Seminar - Heat, Health & Remote Sensing in the Lower Mainland by Anders Knudby

March 26, 2015
  • Date: March 26th, 2015
  • Time: 12:30 ~ 2:00 pm
  • Location: RCB 7110
  • Lecturer: Dr. Anders Knudby

Description: During a one-week extreme heat event in the summer of 2009, the hottest week ever recorded in the Lower Mainland, 110 people died from heat-related causes. Known heat health risk factors for Metro Vancouver include being 65-74 of age and living in an area with a high population density or a high poverty rate, but one obvious question remains unanswered: 'Are you at greater risk during an extreme heat event if you live in a hot part of town?' To answer this question we have mapped temperature distributions for the Lower Mainland as they typically occur during extreme heat events. The geocode for each recorded death then allows us to add local temperature as a potential risk factor, and compare its importance to other risk factors. While this analysis is not yet concluded, the potential implication is significant because the other risk factors (age, population density and poverty) represent difficult or impossible problems to solve, while reducing heat exposure can be done through smart urban design. The City of Vancouver is currently testing the effect of 1) increased urban tree cover, and 2) increased reef reflectivity. Future research will help determine the efficiency of these solutions.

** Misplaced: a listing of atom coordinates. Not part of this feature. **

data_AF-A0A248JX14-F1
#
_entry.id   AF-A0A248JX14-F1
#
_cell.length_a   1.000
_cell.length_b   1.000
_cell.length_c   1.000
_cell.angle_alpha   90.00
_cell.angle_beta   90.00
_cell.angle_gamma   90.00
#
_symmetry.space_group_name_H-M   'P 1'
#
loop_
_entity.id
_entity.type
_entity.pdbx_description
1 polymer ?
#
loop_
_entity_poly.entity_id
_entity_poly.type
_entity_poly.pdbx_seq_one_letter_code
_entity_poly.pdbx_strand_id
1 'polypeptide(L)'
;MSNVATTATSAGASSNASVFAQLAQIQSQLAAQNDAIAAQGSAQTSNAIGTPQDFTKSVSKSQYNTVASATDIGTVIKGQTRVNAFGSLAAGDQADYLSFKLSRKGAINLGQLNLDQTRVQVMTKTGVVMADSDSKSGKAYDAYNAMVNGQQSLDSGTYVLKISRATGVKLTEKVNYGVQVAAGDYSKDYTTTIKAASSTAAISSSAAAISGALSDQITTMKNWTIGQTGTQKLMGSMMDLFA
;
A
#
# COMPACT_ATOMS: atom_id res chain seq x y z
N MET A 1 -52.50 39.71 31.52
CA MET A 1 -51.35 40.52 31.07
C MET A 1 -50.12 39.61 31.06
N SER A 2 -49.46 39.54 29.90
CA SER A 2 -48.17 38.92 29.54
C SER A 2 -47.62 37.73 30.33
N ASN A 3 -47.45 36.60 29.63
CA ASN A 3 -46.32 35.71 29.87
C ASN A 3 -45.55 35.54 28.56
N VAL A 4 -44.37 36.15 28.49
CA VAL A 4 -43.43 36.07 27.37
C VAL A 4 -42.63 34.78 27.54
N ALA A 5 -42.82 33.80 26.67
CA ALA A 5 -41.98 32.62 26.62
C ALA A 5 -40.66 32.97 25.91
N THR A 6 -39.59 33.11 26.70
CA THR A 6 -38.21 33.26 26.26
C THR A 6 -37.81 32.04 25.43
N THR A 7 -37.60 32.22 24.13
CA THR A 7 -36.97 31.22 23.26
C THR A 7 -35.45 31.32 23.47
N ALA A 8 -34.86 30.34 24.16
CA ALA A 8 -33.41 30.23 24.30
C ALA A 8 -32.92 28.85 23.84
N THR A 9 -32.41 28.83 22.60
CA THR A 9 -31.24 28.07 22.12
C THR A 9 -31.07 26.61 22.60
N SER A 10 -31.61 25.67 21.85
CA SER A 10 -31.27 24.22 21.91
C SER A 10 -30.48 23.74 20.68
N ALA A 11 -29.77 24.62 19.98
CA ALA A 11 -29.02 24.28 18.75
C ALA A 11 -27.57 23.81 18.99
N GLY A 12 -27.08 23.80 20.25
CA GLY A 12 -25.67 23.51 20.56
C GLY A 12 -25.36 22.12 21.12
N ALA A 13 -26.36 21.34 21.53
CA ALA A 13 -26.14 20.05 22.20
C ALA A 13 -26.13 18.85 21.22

Bio: Anders Knudby is Assistant Professor in Environmental Remote Sensing at Simon Fraser University, where one of his research foci is the relationship between summer temperatures, the built environment, demographics, and health outcomes. Supported by several students, recent research has included a) mapping the heat trapping effect of tall urban buildings using publicly available data, b) mapping the distribution of temperature for a typical hot summer day in the Greater Vancouver Area, and c) combining this with information on population sensitivity to heat to identify vulnerable neighbourhoods.

Print